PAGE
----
Perhaps the IGAD mediators are fed with slanted information about the population dynamics in the Greater Upper Nile region. Thus, we intend to submit to the whole world demographic facts regarding this strategic region.

In terms of the population breakdown in the region’s three states, the 2008 Population Census shows that the Nuer community accounts for 49.5% of the total population in the Upper Nile region, while it constitutes 15% of the total population in the Republic of South Sudan.

At the state level, Nuers make up 28.2% in Upper Nile State, 49.5% in Jonglei state and 85% in Unity State.

Through this ethnic demographic prism, it is abundantly clear that the Nuer population alone does not constitute 50% of the total regional population. Therefore, IGAD-Plus’s mediation cannot use this as the basis for granting 53% majority to the rebellion.

Second, the Nuer’s collective opinion is split, which makes this agreement an unfair adventure, for it is forcing the rest of South Sudan to share power evenly with a fraction of a subset of the total population.

In the case of Unity State for example, it has to be ardently borne in mind that the present governor of Unity State, who is with the government, has the majority following in the state. His followers constitute the bulk of the men fighting the SPLM/A-IO in that state.

Could it be that the decision to give majority power to the rebellion was based on but false believe that majority of the South Sudan’s oil come from the Nuer territories?

Assuming that this was the basis on which such decision was made, we want to make it vividly clear to the whole world that majority of the oil; actually 96% of the total oil production currently in South Sudan comes from the Jieng (Dinka) territories.

Upper Nile state produces up to 85% of South Sudan’s oil output and it is 100% in a Jieng territory.

In Unity State, South Sudan produces roughly 15% of the total oil output, 60% of which is produced in Parieng County; a Jieng territory.

When all numbers are stipulated, the oil production in Nuer territory comes to more or less 4% of the total oil output in South Sudan. Hence, IGAD-Plus mediators could not with a straight face justify their decision on this fact.

The mediation might have considered who controls what territory to decide on the fate of the Upper Nile region. Based on the facts on the ground, the opposition controls part of one county, Panyijar in Unity State, which has only 9% of the total population in the state.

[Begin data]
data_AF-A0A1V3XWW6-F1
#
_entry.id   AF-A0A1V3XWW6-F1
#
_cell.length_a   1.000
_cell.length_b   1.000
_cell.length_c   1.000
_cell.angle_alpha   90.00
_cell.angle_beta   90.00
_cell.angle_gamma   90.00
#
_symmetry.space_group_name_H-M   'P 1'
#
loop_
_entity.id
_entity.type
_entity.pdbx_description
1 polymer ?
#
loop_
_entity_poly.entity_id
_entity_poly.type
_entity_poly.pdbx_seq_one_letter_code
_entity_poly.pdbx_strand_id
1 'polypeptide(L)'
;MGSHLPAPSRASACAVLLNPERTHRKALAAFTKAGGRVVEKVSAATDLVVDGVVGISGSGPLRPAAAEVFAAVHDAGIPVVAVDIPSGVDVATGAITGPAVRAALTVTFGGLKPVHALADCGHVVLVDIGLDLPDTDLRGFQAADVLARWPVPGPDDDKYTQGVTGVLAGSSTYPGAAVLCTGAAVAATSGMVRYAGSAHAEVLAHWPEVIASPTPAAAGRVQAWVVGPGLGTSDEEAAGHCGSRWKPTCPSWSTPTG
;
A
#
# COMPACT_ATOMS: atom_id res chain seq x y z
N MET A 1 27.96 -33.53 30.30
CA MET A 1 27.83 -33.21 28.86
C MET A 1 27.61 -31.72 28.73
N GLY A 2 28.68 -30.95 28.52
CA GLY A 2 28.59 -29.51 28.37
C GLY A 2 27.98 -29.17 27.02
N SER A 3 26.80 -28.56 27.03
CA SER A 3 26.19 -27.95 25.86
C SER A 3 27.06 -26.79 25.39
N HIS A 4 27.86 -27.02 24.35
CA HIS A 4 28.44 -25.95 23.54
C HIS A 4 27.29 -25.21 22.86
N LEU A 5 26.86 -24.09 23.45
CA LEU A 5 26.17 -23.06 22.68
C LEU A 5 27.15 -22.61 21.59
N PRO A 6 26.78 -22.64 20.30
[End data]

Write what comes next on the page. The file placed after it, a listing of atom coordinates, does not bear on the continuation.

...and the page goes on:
They control parts of one county in upper Nile, Maiwut, which has a population of roughly 8% of the total population in the state. The opposition seems to have more fortunes in Jonglei where they control Akobo, Uror and Nyirol with 33% of the population.

Thus, in terms of territories the parties control, the SPLM-IO could get less than 10% of power in Upper and Unity States and 33% of power in Jonglei State.

This agreement therefore unfairly grants the power in the Upper Nile region to the rebellion in disregards for the government control of these areas. This cannot be used as the basis for allocating 53% power to the rebels.

This will definitely alienate the present state governments and may end up encouraging another Nuer vs. Nuer war in Unity State and Nuer vs. other ethnic groups in Jonglei and Upper Nile, a scenario that is worth avoiding at all cost.

Therefore, if the IGAD-PLUS is using the information narrated above as the basis to compute the percentages reflected in this current peace proposal, then they have missed the point by a wide margin.

Either that the information they used in their arithmetic is awfully slanted, or they simply want to see the current mayhem in our country continuing.

Given the aforementioned reasons, we find it appropriate to challenge IGAD and its partners to go back to the drawing board and take a fresh look into the population dynamics in those states.

Although our collective desire for peace is overwhelming, exceptions have to be made if this agreement were to have any remote chance of ushering in a new dawn of sustainable peace in our country.

Turning over the whole greater Upper Nile region to Riek Machar is vehemently objected. This agreement is tailor made for Riek Machar and his followers and so this alone is sufficient to warrant opposition to the tenets of the whole agreement and the power sharing ratios in Upper Nile in particular.

The proposal actually aggravates people’s growing distrust towards IGAD’s mediation model, which is itself becoming more and more an obstacle to the achievement of peace.

This appeasement scheme, skewed towards SPLM/A-IO, has a potential for igniting more violence in Upper Nile; a region that is already battered by repeated bouts of man-made disasters and persistent cycles of rebellious conflicts.

As the base of the nation’s oil wealth, it is imperative to make sure that this region is handled with extra care and great sensitivity so that it is not plunged into any sort of armed anarchy inadvertently.

If this agreement is signed in its present form, we are afraid that it will be a recipe for another disastrous outcome in South Sudan and the greater Upper Nile region in particular.

In fact, if such a proposal were to make it through, it would not be surprising to witness the emergence of another rebellion in the region before the implementation of this proposed agreement commenced.

This should not be allowed because geo-politically, the greater Upper Nile is a strategic region both for its population and natural wealth; it would be a grave mistake to allow it to descend into uncontrollable chaos.

If the greater Upper Nile region is blindly granted this special status, it may later serve as an opportunity for those who want to dismember this country by propping up separatists whose indulgences are not in the best interest of this country.